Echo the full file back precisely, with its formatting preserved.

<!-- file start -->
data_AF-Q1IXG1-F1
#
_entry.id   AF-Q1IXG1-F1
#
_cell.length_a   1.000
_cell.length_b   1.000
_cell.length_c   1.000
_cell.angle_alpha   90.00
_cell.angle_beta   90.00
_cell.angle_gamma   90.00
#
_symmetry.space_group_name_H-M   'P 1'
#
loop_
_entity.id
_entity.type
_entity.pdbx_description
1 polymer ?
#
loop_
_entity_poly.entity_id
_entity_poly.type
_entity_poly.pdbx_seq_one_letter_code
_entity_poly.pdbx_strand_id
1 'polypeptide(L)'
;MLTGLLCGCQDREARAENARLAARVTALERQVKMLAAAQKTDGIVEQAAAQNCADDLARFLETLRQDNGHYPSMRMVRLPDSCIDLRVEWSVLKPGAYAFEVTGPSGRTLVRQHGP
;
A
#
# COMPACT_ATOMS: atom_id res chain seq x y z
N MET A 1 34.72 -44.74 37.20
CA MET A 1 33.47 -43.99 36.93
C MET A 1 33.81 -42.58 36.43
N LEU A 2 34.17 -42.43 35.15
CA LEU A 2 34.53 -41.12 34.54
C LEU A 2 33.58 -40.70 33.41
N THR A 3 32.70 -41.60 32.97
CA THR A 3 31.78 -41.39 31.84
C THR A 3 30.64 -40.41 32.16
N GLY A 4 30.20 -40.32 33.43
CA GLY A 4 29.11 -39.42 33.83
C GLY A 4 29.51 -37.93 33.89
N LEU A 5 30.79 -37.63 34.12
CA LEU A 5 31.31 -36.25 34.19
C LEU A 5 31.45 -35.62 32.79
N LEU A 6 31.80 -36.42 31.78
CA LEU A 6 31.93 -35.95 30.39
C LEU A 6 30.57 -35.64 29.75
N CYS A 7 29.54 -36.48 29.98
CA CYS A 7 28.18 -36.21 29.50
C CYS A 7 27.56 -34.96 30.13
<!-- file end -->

data_AF-Q1IXG1-F1
#
_entry.id   AF-Q1IXG1-F1
#
_cell.length_a   1.000
_cell.length_b   1.000
_cell.length_c   1.000
_cell.angle_alpha   90.00
_cell.angle_beta   90.00
_cell.angle_gamma   90.00
#
_symmetry.space_group_name_H-M   'P 1'
#
loop_
_entity.id
_entity.type
_entity.pdbx_description
1 polymer ?
#
loop_
_entity_poly.entity_id
_entity_poly.type
_entity_poly.pdbx_seq_one_letter_code
_entity_poly.pdbx_strand_id
1 'polypeptide(L)'
;MLTGLLCGCQDREARAENARLAARVTALERQVKMLAAAQKTDGIVEQAAAQNCADDLARFLETLRQDNGHYPSMRMVRLPDSCIDLRVEWSVLKPGAYAFEVTGPSGRTLVRQHGP
;
A
#
# COMPACT_ATOMS: atom_id res chain seq x y z
N MET A 1 34.72 -44.74 37.20
CA MET A 1 33.47 -43.99 36.93
C MET A 1 33.81 -42.58 36.43
N LEU A 2 34.17 -42.43 35.15
CA LEU A 2 34.53 -41.12 34.54
C LEU A 2 33.58 -40.70 33.41
N THR A 3 32.70 -41.60 32.97
CA THR A 3 31.78 -41.39 31.84
C THR A 3 30.64 -40.41 32.16
N GLY A 4 30.20 -40.32 33.43
CA GLY A 4 29.11 -39.42 33.83
C GLY A 4 29.51 -37.93 33.89
N LEU A 5 30.79 -37.63 34.12
CA LEU A 5 31.31 -36.25 34.19
C LEU A 5 31.45 -35.62 32.79
N LEU A 6 31.80 -36.42 31.78
CA LEU A 6 31.93 -35.95 30.39
C LEU A 6 30.57 -35.64 29.75
N CYS A 7 29.54 -36.48 29.98
CA CYS A 7 28.18 -36.21 29.50
C CYS A 7 27.56 -34.96 30.13